Workplace hazards in New Jersey vary by industry, but other factors like worker age, ethnicity and workplace violence contribute to deaths on the job. A 2018 report published by the AFL-CIO revealed that 5,190 people died at work in 2016.
OSHA is partnering with NIOSH and the Center for Construction Research and Training to hold a stand-down event from May 7 to May 11. The National Safety Stand-Down to Prevent Falls in Construction will aim to educate employers and workers alike about the danger of fall accidents. Companies of all sizes are encouraged to participate, and there is no standard way in which employers are required to conduct their event.
Workers in New Jersey exposed to loud job environments could have more than hearing loss to worry about. The Centers for Disease Control and Prevention has released a study that has associated long-term exposure to loud noise on job sites with high cholesterol and high blood pressure. These conditions represent the primary risk factors for heart disease, a leading cause of death in the United States.
For workers on the job in New Jersey, eye safety can be a particularly important task when working with hazardous materials or in dangerous locations. Eye protection can be important in all kinds of jobs, including in traditional desk-based office work. Dealing with eye safety should be a priority in the workplace; accidents and injuries that involve the eyes can be especially devastating and costly.
New Jersey workers in the entertainment industry may be interested in learning the Occupational Safety and Health Administration (OSHA) has renewed a partnership focused on improving safety for those employed on theater and movie sets. A five-year alliance with the International Alliance of Theater Stage Employees (IATSE) and the United States Institute for Theater Technology (USITT) was set to expire later this year but has now been extended through 2023.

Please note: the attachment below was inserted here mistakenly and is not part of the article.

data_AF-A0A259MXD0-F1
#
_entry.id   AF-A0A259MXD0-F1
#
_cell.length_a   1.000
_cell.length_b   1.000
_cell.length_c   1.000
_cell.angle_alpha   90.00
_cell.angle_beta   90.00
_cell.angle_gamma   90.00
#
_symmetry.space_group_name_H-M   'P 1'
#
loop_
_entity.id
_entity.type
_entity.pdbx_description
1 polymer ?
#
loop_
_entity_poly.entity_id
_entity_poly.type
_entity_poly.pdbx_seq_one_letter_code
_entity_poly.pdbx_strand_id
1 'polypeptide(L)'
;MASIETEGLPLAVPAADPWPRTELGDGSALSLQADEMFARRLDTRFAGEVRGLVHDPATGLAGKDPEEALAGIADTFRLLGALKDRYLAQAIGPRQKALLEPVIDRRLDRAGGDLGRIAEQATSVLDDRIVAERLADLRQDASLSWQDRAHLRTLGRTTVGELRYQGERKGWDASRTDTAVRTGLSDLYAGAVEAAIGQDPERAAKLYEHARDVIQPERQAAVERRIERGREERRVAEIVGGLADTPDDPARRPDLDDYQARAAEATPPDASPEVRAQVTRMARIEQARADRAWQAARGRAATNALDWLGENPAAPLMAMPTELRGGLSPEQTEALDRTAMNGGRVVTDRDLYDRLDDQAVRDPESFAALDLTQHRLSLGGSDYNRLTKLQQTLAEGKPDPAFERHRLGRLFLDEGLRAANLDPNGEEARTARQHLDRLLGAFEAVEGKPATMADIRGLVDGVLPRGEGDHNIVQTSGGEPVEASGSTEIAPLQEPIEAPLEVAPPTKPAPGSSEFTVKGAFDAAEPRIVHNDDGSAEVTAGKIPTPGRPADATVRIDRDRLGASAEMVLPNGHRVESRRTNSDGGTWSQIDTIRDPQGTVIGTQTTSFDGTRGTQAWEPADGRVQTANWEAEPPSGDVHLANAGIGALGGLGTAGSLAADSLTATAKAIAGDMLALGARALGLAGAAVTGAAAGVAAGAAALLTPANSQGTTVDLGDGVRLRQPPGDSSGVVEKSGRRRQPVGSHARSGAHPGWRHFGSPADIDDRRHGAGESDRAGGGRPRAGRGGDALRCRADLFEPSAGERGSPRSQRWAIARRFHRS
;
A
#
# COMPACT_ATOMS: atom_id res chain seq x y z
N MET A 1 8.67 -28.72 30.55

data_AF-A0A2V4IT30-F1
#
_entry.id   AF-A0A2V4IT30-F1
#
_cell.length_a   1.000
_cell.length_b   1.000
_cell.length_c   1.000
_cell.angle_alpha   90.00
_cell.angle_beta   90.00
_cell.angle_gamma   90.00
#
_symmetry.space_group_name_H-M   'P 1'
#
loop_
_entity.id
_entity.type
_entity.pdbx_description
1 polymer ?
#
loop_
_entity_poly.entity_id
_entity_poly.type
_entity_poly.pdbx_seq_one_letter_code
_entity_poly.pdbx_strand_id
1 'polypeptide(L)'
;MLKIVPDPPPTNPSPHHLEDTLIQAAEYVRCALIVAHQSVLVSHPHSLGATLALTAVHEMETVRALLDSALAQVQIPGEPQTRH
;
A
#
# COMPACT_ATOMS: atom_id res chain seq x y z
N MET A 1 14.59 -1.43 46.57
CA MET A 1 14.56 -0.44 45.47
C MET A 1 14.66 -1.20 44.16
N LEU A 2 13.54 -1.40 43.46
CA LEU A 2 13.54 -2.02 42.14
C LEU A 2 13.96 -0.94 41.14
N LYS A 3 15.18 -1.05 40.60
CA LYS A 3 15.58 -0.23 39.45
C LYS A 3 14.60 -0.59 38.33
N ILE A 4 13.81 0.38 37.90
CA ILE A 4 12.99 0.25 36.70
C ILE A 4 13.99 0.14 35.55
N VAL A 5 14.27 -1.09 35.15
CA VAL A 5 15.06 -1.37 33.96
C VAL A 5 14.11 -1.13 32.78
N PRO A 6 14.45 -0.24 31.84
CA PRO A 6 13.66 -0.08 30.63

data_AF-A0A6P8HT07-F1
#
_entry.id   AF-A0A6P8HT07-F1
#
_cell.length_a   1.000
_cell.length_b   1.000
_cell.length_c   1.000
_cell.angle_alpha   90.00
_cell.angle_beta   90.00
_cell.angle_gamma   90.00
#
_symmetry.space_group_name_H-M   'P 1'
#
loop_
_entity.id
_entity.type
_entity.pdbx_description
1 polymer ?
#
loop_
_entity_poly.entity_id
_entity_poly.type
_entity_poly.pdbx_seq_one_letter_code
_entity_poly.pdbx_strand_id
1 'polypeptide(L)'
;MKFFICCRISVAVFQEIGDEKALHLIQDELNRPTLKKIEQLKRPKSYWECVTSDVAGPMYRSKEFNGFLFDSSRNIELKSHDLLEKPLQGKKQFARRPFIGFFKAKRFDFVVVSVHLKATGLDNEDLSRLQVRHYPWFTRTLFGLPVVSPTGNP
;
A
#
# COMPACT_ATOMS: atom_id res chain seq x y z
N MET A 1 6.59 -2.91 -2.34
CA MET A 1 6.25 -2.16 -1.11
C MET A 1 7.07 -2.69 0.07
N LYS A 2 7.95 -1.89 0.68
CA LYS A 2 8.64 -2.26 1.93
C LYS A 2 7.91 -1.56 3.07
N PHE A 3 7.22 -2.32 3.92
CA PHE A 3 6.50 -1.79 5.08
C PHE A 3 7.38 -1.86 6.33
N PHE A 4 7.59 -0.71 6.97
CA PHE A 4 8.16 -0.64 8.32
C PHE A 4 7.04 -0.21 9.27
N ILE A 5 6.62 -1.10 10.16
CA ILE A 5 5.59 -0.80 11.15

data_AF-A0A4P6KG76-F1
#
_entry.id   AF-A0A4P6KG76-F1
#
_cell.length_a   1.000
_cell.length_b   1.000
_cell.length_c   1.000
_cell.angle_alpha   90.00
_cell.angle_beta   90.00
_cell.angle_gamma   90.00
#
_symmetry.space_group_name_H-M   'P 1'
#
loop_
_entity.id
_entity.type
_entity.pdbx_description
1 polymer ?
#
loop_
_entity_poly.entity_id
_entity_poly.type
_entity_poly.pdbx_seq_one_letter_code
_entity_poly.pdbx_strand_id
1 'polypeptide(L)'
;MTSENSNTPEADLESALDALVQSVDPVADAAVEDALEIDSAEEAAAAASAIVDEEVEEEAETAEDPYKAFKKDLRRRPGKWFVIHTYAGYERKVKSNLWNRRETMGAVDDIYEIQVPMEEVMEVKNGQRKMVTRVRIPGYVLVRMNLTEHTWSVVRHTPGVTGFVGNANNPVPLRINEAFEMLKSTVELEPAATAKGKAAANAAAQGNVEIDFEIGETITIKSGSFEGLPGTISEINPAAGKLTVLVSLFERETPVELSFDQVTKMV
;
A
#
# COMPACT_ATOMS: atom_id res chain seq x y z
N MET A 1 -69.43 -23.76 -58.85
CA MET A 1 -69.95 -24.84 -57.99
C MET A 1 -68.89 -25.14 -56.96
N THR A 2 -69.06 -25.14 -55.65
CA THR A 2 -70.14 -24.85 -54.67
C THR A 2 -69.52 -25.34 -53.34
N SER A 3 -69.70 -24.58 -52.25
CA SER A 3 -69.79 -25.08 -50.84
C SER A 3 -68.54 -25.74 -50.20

In testimony before the House Subcommittee on Workforce Protections, former Occupational Safety and Health Administration head David Michaels outlined his belief on why voluntary compliance programs don't have the same results as standard enforcement measures. According to Michaels, compliance assistance programs are useful for companies that are proactively seeking to protect their employees from hazardous working conditions, but the result is no substitute for vigorous, fair regulation enforcement.
Employees in New Jersey and across the country may be concerned about the potential dangers of exposure and inhalation of respirable crystalline silica. The Occupational Safety and Health Administration has published a fact sheet that aims to encourage compliance with its standards on exposure to the mineral product. Employers are mandated to take action to protect employees from silica exposure, including assessing the potential for exposure in the workplace, providing training and establishing clear plans in case of exposure.
New fines have been put in place by the Occupational Safety and Health Administration for violations of the crystalline silica standard that became law in 2013. Constructions workers in New Jersey who cut, sand, saw or drill concrete or brick materials must follow safety protocols to avoid dangerous levels of exposure to health-harming silica dust.
New Jersey paramedics have plenty to be concerned about when it comes to fatigue on the job. Because a major part of EMS work can involve vehicle operation in emergency situations, the impact can be catastrophic. The potential for serious accidents and injuries due to fatigue has inspired a collaboration between the National Association of State EMS Officials and the University of Pittsburgh Medical Center to develop guidelines that can reduce the likelihood of this.
A yearlong analysis of existing programs dedicated to worker safety in the U.S. has resulted in a call from the National Academies of Sciences, Engineering, and Medicine to reconfigure existing information systems to create safer working conditions in a changing economy. Analysts say that the study illustrates a need for improved health surveillance systems as well as better tracking and monitoring of occupational injuries. Experts are also calling for a systemic sharing of information between agencies.